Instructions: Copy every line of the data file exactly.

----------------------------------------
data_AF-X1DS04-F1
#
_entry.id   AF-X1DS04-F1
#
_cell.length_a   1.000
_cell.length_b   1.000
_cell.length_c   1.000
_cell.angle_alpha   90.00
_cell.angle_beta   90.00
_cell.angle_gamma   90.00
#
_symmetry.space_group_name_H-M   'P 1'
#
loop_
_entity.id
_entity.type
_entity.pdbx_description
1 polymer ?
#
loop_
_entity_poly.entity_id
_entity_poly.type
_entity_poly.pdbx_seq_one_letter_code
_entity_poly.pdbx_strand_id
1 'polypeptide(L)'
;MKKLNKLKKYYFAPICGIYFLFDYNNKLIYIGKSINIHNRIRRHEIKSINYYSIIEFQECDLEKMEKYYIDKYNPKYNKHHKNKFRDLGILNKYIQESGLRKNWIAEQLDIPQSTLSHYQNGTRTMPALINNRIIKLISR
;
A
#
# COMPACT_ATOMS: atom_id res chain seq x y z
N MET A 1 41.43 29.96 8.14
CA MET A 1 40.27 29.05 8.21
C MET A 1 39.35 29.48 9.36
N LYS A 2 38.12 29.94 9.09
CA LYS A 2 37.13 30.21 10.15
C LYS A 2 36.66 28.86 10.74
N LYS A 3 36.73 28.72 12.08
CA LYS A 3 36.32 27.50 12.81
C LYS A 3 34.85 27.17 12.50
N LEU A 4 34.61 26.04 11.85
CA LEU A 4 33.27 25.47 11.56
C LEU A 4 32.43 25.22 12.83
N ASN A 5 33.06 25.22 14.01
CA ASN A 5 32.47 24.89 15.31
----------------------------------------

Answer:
data_AF-X1DS04-F1
#
_entry.id   AF-X1DS04-F1
#
_cell.length_a   1.000
_cell.length_b   1.000
_cell.length_c   1.000
_cell.angle_alpha   90.00
_cell.angle_beta   90.00
_cell.angle_gamma   90.00
#
_symmetry.space_group_name_H-M   'P 1'
#
loop_
_entity.id
_entity.type
_entity.pdbx_description
1 polymer ?
#
loop_
_entity_poly.entity_id
_entity_poly.type
_entity_poly.pdbx_seq_one_letter_code
_entity_poly.pdbx_strand_id
1 'polypeptide(L)'
;MKKLNKLKKYYFAPICGIYFLFDYNNKLIYIGKSINIHNRIRRHEIKSINYYSIIEFQECDLEKMEKYYIDKYNPKYNKHHKNKFRDLGILNKYIQESGLRKNWIAEQLDIPQSTLSHYQNGTRTMPALINNRIIKLISR
;
A
#
# COMPACT_ATOMS: atom_id res chain seq x y z
N MET A 1 41.43 29.96 8.14
CA MET A 1 40.27 29.05 8.21
C MET A 1 39.35 29.48 9.36
N LYS A 2 38.12 29.94 9.09
CA LYS A 2 37.13 30.21 10.15
C LYS A 2 36.66 28.86 10.74
N LYS A 3 36.73 28.72 12.08
CA LYS A 3 36.32 27.50 12.81
C LYS A 3 34.85 27.17 12.50
N LEU A 4 34.61 26.04 11.85
CA LEU A 4 33.27 25.47 11.56
C LEU A 4 32.43 25.22 12.83
N ASN A 5 33.06 25.22 14.01
CA ASN A 5 32.47 24.89 15.31